I Love You Kamala I’m Sorry this Happened to You

I’m the middle child in a group of three, so I’m not really used to being spoiled. The Avengers beta has taught me that I am, in fact, spoiled — spoiled by the abundance of better videogames that are out there.

When the Avengers game was announced, people were skeptical. The characters looked like off-brand MCU lookalikes. The game looked like it was just another bombastic AAA game with set-pieces. And then after the reveal we found out it would be a loot-based live-service game. Except it also wouldn’t be? The information around the game was muddy, and we had no idea what it was supposed to be.

Turns out, after playing the beta, I’m still not sure what Avengers is supposed to be. Because what it feels like is a game that tries to be multiple things, but none of them are all that good.

I’ll try to sum it up as best as I can. There are three types of missions in the Avengers: Story missions that are played single-player, Dropzone missions that can be done alone or with friends and cap out around 20 minutes in length, and Villain Lairs that are best done with friends and can be 45 minutes to 2 hours long (allegedly). In these missions you run around to collect loot, beat up bad guys, and complete objectives as one of the Avengers.

Yes, the game has a loot system, which people were worried about. In the slice of the game I played, loot felt completely inconsequential. Some gear made my attacks turn green. Some made them turn blue. Every stat attached to gear was some variation of “X% chance for Y effect to occur” — not exactly compelling, and already done before. I spent my time pressing the L2 button to equip the gear I had with the best stats to get out of the myriad of menus as quickly as possible. Obviously gear could be more important at higher levels of play, but I felt no noticeable difference in my gameplay style even after leveling a character to max. So yes, the gear stuff is annoying, but at least you can pretty much ignore it.

What I couldn’t ignore was everything else. The Avengers is the most bland, PS2-era, “square square square, triangle triangle triangle” game I’ve ever played, with a loot system slapped on top. You move into a room, press the attack buttons until everyone in the room is dead, and then move to the next room and do it again. This is not inherently a bad design, even if it’s boring. Destiny gets away with being a loot treadmill because it plays like butter. The problem is that the Avengers doesn’t even do something as simple as that very well. Every action I took felt like it was happening underwater. The whole thing is jittery as hell. The screen constantly shook and blurred at the slightest touch of the controller — it could easily give someone a headache. Platforming felt like I was constantly glitching into and through ledges. You’re also constantly fighting dozens of enemies at a time, but they’re so aggressive and interrupt your attacks mid-animation so frequently that I spent more time dodging than fighting. I felt like I had no control over my character at any moment of time, which is a little important in a character action game.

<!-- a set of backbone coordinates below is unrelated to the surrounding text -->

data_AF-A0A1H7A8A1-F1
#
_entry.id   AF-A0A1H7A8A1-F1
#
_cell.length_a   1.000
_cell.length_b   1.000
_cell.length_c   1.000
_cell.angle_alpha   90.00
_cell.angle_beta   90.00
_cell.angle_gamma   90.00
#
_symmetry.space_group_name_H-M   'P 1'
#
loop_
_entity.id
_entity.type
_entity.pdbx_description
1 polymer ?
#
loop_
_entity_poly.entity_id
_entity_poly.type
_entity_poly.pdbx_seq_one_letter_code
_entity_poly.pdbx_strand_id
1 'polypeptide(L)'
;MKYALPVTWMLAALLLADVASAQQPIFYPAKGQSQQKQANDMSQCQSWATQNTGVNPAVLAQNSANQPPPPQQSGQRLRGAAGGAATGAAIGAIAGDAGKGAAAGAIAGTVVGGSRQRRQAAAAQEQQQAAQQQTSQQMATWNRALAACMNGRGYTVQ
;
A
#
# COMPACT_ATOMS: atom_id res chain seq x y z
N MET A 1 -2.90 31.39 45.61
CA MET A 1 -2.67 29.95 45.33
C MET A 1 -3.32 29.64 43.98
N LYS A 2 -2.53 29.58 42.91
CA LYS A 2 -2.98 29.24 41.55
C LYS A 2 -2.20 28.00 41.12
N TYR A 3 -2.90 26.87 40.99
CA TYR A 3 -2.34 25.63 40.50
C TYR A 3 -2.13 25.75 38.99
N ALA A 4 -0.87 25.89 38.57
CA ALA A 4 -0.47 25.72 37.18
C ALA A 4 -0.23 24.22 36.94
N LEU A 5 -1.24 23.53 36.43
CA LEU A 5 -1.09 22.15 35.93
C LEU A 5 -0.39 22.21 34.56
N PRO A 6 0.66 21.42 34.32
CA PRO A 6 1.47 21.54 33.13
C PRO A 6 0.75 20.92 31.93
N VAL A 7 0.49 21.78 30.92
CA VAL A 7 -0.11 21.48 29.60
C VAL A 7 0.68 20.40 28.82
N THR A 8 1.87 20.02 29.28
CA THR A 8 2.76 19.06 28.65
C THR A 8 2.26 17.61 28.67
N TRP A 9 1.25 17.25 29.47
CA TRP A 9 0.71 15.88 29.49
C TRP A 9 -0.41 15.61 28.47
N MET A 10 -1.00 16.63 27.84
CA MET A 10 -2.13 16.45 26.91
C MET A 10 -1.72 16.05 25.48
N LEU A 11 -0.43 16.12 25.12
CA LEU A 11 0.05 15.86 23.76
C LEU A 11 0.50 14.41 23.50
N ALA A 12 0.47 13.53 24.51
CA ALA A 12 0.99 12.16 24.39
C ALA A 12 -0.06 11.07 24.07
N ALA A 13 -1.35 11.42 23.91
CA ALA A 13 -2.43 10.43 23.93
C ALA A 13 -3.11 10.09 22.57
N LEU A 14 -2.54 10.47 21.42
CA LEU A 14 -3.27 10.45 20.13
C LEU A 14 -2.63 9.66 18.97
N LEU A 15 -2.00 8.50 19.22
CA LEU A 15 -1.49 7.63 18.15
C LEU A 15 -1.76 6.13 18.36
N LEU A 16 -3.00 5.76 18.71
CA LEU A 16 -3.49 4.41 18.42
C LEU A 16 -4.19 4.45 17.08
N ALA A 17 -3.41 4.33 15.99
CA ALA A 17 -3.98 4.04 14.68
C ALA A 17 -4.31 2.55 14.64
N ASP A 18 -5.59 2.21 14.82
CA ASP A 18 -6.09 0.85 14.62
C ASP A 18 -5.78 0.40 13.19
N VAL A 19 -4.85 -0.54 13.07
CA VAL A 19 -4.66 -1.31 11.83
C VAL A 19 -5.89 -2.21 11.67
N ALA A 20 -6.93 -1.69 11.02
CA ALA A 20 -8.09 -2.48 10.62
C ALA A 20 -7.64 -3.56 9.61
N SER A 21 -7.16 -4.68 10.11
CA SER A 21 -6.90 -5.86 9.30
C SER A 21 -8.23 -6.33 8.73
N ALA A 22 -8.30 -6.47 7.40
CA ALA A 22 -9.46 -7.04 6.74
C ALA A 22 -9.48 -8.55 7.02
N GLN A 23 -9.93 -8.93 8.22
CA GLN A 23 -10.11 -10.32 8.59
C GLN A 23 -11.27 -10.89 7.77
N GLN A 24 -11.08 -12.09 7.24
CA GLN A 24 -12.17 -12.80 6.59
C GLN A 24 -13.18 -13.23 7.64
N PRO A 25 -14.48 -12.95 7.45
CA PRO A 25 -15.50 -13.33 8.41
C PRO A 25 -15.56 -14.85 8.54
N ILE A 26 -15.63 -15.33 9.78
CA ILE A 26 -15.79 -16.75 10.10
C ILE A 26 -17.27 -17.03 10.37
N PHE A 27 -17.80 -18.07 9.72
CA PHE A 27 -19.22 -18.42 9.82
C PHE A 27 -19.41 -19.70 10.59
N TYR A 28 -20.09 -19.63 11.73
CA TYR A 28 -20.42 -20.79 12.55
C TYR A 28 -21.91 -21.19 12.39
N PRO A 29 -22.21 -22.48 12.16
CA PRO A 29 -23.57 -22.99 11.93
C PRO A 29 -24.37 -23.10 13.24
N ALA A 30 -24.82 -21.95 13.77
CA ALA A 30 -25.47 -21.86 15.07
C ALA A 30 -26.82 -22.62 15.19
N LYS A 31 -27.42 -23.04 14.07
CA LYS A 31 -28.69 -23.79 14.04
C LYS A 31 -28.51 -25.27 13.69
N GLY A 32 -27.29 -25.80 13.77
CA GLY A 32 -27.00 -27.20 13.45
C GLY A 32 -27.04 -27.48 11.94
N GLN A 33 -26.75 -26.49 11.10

The game was a bit more fun in multiplayer, in the few times I was able to get it to work. This was less because the mechanics shined when playing with humans, and more because humans were better at getting me through missions as quickly as possible than the AI was. The problem is that anything is more fun with friends. Watching paint dry is more fun with friends. Breaking into a bank is more fun with friends. Your game should be mechanically sound outside of becoming a place to mash buttons while talking about how your day was.

There is one gleaming beam of light, though.

Ms. Marvel is the protagonist of the Avengers game. She leads the charge in reuniting the team after a falling out and getting them back on their feet. She is the best part of the game. And this isn’t just because I’m a gigantic Ms. Marvel fan — although it certainly helps. Her dialogue is the best. Her attacks are the most interesting. The only time I ever felt joy playing this game was as her. The fact that a Pakistani Muslim girl is the lead in a gigantic, blockbuster AAA game is not lost on me, and I’m so starved for representation that I commend Avengers and the Crystal Dynamics team for that alone.

And yet, it’s not enough. I mentioned at the beginning of these impressions that the Avengers reminded me of how spoiled I’ve been. I ended the game’s beta by quitting out and reinstalling PlatinumGames’ Astral Chain to stream it. That’s not the kind of response you want from a play-test. I’m sure there are people who will be happy with the Avengers. The allure of getting to smash stuff as your favorite hero is appealing, I understand that. But even as one of her biggest fans, getting to play as Ms. Marvel isn’t enough to get me to enjoy this game, and that’s really saying something.

I’m going to try the Avengers beta again in the next few weeks. Who knows? Maybe the mechanics will be tweaked enough to feel good before the beta ends, as is the wont of these Live-Service games. As it stands, though, I can’t recommend it at all. So in the meantime: just buy her comics instead.

That’s all for now! How do you feel about the Avengers Beta? Let me know in the comments or on Mastodon @mint. And if you like my writing, consider donating to my Patreon or Ko-Fi!